By Tuomo Parjanen
CEO of PayiQ
No one would like to revisit 2020, but the transition to 2021 doesn’t feel easy either. While 2020 was a battle for survival for many, 2021 might be the battle for the survival of the fittest. It is a somewhat exhausting thought but at the same time an invigorating opportunity.
The mobility sector of course took a huge hit during 2020. So did we. Our well-crafted plans for international expansion were put on hold and everything was quickly scaled to reflect the realities of the Covid era. Despite this, our team remained stubborn about growth and were able to keep the company on the growth track.
As in many other companies, while some things went on ice, others were put on steroids. In PayiQ’s case, we were already shifting our expansion strategy from opening new offices to building partnerships. This we revved up. There’s naturally less risk involved in partnering than in expanding your organization, but resiliency was not the main reason for focusing on partnerships. It’s about the size, we figured. Our product is top of the line but in a narrow niche of ticketing platforms. While there is a rapidly growing demand for what we do, it is rarely just for our product, but for more comprehensive solutions. To be where the action is, it makes sense to partner.
The ecosystem became a slightly inflated word during the past few years until the Covid hit us. Now, in the new reality, its strength has been again realized. There’s a lot that makes sense for us, our customers, and our partners. And therefore, there is the new CITYacc Ecosystem in place. Seeing your business as a part of an ecosystem forces you to be adaptive, to keep your interfaces open, and to stay away from exclusive deals. You develop and sell what you are best at, but you don’t selfishly focus just on your own benefit. Your success is dependent on the ecosystem’s success.
We have enjoyed great partner relationships, among others, with Cybersource/Visa, Microsoft, SC-SOFT, and SkedGo and have recently added Linux infrastructure provider SUSE, Middle-Eastern technology provider Future Communication Company and one of the world’s leading ICT consultants as partners. Together with partners like this our ticketing platform can be part of the solution in an infrastructure project of any size.
While mobility and related technology remain our focus, we are aware that in today’s world many boundaries are being pushed. One interesting development, and very relevant to us, is how banks are becoming technology companies, as Elena Baidakova, director for our Russian and CIS operations recently wrote in our blog. Banks are interested in customers and transactions and there are a lot of those in mass transit. We recently added support for the Russian Faster Payments System, which is a service mandated by the Central Bank of the Russian Federation and allows people to transfer money immediately with a mobile app irrespective of the payer’s and the receiver’s banks. This makes it possible for us to offer passengers the possibility to top up a transport card, as well as purchase a mobile ticket, using the most inexpensive payment method.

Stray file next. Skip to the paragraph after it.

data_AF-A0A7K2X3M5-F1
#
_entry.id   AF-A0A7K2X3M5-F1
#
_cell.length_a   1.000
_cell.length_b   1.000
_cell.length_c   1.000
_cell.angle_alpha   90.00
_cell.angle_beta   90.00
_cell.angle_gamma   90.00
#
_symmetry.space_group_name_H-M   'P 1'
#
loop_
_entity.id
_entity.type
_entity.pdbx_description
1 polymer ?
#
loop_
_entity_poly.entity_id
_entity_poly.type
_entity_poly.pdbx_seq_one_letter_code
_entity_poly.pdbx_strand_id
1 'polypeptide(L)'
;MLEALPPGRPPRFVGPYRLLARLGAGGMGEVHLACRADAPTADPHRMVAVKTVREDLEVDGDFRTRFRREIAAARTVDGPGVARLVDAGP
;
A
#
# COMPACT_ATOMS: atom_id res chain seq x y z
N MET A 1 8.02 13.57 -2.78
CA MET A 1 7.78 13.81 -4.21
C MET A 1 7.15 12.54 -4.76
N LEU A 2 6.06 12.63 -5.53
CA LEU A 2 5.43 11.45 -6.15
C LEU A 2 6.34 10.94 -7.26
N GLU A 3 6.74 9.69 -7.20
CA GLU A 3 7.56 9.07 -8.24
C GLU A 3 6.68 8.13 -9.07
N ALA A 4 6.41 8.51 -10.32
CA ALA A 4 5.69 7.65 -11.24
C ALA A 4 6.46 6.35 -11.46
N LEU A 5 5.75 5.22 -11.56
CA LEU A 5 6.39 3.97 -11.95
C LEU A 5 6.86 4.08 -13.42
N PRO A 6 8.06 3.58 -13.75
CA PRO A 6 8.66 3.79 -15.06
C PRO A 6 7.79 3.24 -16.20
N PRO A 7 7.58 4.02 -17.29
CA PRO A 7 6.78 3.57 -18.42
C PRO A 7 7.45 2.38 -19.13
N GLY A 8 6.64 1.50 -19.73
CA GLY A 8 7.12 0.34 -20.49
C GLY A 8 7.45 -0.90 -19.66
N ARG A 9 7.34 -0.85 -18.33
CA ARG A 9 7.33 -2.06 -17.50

It is probably not fruitful to debate whether a transport operator or a bank will sell tickets in the future, but it is worth recognizing that in an ecosystem, lines like that are often blurred. What’s needed in this new world are enablers, like PayiQ is in ticketing. Already in 2018, we started taking the first steps in this direction in our cooperation with OP Bank and their Pivo electronic wallet.
Even if the evolution of the global ecosystem is fascinating to follow, most solutions are still sold on a local level. Therefore, we need to be able to act and implement quickly on the local level even when we don’t have a physical presence. To this aim, we have developed a new licensing model for our service that enables us to ship a localized product in just weeks.
On the product level, we have, based on customer feedback, focused on ticket pricing, adaptability, and carbon footprint. Our “Best price ticket” always finds the cheapest ticket to travel between two points. Our Hop-On Hop-Off Tickets enable pricing based on the length of the trip. The ticketing service tracks when a person gets aboard and when they get off and charges based on that. And our carbon footprint algorithm can report, both to individuals and to cities, the environmental burden of trips taken.
How this all plays out depends of course on the timetable and the efficacy of the vaccines. While crises supercharge development, they also have a sobering effect. What we are preparing for is a gradual recovery of the transport sector and a steady adaptation of new technologies. We must focus on real developments and real data instead of hype. Gradual recovery means that we don’t expect the travel volumes to reach pre-Covid levels in 2021 but it may offer us new business opportunities. For example, during the recovery commuting will probably be more distributed over time than it was before the pandemic. To be able to operate mass transit that has reserved time slots for individual travelers you need a tool like our ticketing system.
Something that will also make a gradual return is events. There will be a massive demand for shared live experiences when it becomes possible again, but, as much as we’d wish otherwise, the gates probably cannot be opened at once. To intelligently manage the safe return of mass events, one needs a smart ticketing system.
In the coming year, a smart recovery awaits, but we all must do our absolute best to make it a success. Keep calm and gear up.
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